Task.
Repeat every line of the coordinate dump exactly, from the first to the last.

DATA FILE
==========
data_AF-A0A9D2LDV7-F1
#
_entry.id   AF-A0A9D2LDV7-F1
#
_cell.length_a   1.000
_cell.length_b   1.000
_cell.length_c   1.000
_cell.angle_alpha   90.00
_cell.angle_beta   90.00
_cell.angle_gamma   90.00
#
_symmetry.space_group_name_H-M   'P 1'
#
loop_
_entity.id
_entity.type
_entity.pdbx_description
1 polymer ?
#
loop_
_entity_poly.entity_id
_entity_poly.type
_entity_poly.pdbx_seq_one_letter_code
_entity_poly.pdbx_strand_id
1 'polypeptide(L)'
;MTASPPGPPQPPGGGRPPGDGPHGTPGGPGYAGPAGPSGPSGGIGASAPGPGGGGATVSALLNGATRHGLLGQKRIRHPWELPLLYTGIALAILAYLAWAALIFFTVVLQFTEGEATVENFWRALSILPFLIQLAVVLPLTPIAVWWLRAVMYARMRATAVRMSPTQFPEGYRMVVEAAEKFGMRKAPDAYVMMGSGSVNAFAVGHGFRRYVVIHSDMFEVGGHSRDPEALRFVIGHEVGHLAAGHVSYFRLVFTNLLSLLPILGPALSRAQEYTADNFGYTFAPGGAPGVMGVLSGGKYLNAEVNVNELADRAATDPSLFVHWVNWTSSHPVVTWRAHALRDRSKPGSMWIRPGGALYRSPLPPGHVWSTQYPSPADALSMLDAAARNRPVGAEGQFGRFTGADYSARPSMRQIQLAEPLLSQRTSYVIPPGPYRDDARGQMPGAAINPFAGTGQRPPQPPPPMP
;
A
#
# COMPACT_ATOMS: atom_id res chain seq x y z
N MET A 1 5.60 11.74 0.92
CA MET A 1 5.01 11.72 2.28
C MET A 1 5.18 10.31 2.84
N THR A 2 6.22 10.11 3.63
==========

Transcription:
data_AF-A0A9D2LDV7-F1
#
_entry.id   AF-A0A9D2LDV7-F1
#
_cell.length_a   1.000
_cell.length_b   1.000
_cell.length_c   1.000
_cell.angle_alpha   90.00
_cell.angle_beta   90.00
_cell.angle_gamma   90.00
#
_symmetry.space_group_name_H-M   'P 1'
#
loop_
_entity.id
_entity.type
_entity.pdbx_description
1 polymer ?
#
loop_
_entity_poly.entity_id
_entity_poly.type
_entity_poly.pdbx_seq_one_letter_code
_entity_poly.pdbx_strand_id
1 'polypeptide(L)'
;MTASPPGPPQPPGGGRPPGDGPHGTPGGPGYAGPAGPSGPSGGIGASAPGPGGGGATVSALLNGATRHGLLGQKRIRHPWELPLLYTGIALAILAYLAWAALIFFTVVLQFTEGEATVENFWRALSILPFLIQLAVVLPLTPIAVWWLRAVMYARMRATAVRMSPTQFPEGYRMVVEAAEKFGMRKAPDAYVMMGSGSVNAFAVGHGFRRYVVIHSDMFEVGGHSRDPEALRFVIGHEVGHLAAGHVSYFRLVFTNLLSLLPILGPALSRAQEYTADNFGYTFAPGGAPGVMGVLSGGKYLNAEVNVNELADRAATDPSLFVHWVNWTSSHPVVTWRAHALRDRSKPGSMWIRPGGALYRSPLPPGHVWSTQYPSPADALSMLDAAARNRPVGAEGQFGRFTGADYSARPSMRQIQLAEPLLSQRTSYVIPPGPYRDDARGQMPGAAINPFAGTGQRPPQPPPPMP
;
A
#
# COMPACT_ATOMS: atom_id res chain seq x y z
N MET A 1 5.60 11.74 0.92
CA MET A 1 5.01 11.72 2.28
C MET A 1 5.18 10.31 2.84
N THR A 2 6.22 10.11 3.63